(Review of the chat session with Dr. Catherine Garner, Dean of Health Sciences and Nursing, American Sentinel Univeristy.)
Dr. Garner: The recent Institute of Medicine report, "The Future of Nursing: Leading Change, Advancing Health" eloquently details the need for nurses to improve their academic and certification credentials. “To respond to [the] demands of an evolving healthcare system and meet the changing needs of patients, nurses must achieve higher levels of education and training. One step in realizing this goal is for a greater number of nurses to enter the workforce with a baccalaureate degree or to progress to this degree early in their career. Moreover, to alleviate shortages of nurse faculty, primary care providers and researchers, a cadre of qualified nurses needs to be ready to advance to the master and doctoral levels.”
NT.com: Where do you think the Case Management Degree will fit in with the Affordable Care Act?
Dr. Garner: Traditionally, case management has been a tool reserved for complex cases, usually hospitalized patients needing multi-disciplinary interventions. However, that scenario may change as accountable care organizations take center stage next year. One of the major revisions to come with healthcare reform efforts are mandated goals for cost containment and improved outcomes. Hospitals must demonstrate efforts to coordinate care among physicians, primary care, rehabilitation, home care, and other providers. Thus, health providers will be accountable for care across the continuum and will be paid accordingly. This has led many hospitals to purchase physician practices.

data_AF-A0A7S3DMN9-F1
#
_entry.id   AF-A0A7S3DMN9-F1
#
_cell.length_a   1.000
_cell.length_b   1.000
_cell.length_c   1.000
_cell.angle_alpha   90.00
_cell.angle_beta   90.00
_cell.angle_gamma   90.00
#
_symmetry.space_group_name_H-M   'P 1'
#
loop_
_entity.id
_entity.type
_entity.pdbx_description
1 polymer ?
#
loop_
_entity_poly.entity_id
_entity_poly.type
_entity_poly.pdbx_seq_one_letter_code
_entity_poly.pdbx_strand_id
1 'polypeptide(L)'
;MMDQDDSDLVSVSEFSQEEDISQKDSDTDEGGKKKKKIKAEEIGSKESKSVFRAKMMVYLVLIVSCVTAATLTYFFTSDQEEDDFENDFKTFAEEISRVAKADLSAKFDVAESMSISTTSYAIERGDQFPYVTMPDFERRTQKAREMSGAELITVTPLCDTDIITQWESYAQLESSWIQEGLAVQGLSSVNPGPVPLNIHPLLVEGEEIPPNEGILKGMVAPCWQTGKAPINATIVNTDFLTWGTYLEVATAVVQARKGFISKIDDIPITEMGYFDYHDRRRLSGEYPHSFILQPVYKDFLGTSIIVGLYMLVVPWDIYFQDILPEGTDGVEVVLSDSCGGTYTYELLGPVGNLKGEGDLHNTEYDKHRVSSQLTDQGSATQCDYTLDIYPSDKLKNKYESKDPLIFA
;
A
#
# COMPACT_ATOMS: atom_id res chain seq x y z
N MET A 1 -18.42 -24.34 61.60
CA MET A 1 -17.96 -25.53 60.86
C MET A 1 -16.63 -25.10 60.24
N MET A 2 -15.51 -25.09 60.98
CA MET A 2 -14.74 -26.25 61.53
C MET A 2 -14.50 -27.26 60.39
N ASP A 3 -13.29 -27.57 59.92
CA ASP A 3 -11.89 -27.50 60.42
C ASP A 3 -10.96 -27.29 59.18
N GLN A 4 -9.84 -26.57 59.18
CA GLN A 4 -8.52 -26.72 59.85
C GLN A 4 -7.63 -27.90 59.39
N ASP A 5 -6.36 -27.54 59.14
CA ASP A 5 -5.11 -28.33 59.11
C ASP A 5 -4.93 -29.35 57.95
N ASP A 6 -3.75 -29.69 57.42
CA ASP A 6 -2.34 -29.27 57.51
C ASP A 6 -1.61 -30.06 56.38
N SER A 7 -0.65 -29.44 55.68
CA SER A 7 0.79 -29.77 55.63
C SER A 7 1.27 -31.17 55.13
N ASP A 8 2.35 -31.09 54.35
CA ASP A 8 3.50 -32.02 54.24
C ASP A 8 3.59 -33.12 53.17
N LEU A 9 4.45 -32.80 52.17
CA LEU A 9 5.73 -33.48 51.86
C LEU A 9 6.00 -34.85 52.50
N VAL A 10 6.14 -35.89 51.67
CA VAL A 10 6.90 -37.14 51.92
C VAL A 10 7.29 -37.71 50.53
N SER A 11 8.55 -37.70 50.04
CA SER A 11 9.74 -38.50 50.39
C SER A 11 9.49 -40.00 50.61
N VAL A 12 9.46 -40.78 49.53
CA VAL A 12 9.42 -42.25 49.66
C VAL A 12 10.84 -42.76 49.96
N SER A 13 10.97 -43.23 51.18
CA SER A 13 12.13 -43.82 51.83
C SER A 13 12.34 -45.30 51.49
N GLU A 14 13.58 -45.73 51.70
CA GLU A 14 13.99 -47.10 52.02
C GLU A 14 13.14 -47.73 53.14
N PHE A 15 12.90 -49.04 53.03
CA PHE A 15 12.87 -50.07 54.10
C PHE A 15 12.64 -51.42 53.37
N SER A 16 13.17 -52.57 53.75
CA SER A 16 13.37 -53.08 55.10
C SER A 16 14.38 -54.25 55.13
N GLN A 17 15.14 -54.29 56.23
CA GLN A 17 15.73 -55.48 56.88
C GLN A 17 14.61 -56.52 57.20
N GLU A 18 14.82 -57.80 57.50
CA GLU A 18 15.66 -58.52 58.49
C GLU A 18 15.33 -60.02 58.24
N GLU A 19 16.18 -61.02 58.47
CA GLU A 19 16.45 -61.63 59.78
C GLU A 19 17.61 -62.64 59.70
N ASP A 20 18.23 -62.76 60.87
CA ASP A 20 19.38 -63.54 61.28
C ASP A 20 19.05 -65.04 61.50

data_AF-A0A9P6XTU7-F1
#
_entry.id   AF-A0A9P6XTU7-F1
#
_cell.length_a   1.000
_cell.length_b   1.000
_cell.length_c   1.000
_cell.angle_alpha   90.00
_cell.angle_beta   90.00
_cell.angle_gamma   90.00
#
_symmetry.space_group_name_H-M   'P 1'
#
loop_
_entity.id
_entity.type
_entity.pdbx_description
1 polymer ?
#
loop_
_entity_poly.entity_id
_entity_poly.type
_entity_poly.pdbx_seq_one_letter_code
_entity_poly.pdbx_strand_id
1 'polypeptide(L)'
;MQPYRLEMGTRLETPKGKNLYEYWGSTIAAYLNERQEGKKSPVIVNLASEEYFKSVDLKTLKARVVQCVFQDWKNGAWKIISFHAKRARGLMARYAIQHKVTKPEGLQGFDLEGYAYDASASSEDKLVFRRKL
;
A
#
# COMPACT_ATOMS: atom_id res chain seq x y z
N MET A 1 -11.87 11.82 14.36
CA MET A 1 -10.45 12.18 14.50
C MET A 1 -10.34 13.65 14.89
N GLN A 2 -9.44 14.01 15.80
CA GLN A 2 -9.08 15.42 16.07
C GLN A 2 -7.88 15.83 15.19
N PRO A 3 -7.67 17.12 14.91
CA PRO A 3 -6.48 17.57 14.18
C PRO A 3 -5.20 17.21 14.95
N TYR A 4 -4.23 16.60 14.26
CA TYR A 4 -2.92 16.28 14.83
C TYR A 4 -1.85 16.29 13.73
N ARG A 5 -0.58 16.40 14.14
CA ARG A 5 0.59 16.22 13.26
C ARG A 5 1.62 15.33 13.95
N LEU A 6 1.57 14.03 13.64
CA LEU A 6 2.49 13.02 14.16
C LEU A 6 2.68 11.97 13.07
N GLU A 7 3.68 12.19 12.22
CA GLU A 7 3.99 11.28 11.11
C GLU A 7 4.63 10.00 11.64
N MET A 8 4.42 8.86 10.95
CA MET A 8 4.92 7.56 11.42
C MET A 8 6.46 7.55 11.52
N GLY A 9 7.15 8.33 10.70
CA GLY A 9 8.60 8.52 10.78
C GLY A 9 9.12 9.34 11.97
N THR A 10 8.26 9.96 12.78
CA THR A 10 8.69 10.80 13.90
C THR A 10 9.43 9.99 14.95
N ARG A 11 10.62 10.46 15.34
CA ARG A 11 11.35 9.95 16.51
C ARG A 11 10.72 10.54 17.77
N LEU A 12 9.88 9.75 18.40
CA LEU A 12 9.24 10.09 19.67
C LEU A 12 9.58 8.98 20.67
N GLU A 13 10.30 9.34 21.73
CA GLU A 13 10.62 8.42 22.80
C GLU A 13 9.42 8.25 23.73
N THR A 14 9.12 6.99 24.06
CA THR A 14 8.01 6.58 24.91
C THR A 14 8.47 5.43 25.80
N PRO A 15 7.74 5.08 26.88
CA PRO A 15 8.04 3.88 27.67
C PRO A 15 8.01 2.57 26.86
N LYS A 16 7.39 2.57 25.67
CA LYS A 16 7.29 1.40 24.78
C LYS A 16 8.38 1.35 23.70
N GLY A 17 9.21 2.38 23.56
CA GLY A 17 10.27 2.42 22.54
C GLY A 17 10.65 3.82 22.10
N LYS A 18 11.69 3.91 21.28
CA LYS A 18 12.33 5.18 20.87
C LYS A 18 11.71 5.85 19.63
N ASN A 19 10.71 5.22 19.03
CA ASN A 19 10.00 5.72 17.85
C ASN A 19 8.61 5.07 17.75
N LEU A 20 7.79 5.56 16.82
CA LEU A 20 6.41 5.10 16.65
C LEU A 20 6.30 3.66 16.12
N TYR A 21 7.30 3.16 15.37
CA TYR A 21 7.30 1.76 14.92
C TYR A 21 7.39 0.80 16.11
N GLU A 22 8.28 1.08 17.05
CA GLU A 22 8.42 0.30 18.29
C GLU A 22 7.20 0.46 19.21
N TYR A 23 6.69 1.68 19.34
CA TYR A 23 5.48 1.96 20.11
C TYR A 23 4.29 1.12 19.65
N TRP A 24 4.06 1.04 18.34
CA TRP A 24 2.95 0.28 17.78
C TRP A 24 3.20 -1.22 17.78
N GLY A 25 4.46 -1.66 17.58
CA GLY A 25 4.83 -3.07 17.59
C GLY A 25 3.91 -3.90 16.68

With their mandated goals of cost containment and improved outcomes, ACO's will likely find they need case managers to strategically manage services for all patients, even those in ambulatory care. It’s been said that case management, with its current emphasis on complicated cases, needs to evolve into care management, with a focus on wellness, prevention, and efficient care for entire populations of patients – both inside and outside the hospital. Tomorrow’s case managers will have to consider clinical, financial, and patient advocacy functions simultaneously, as they balance competing interests.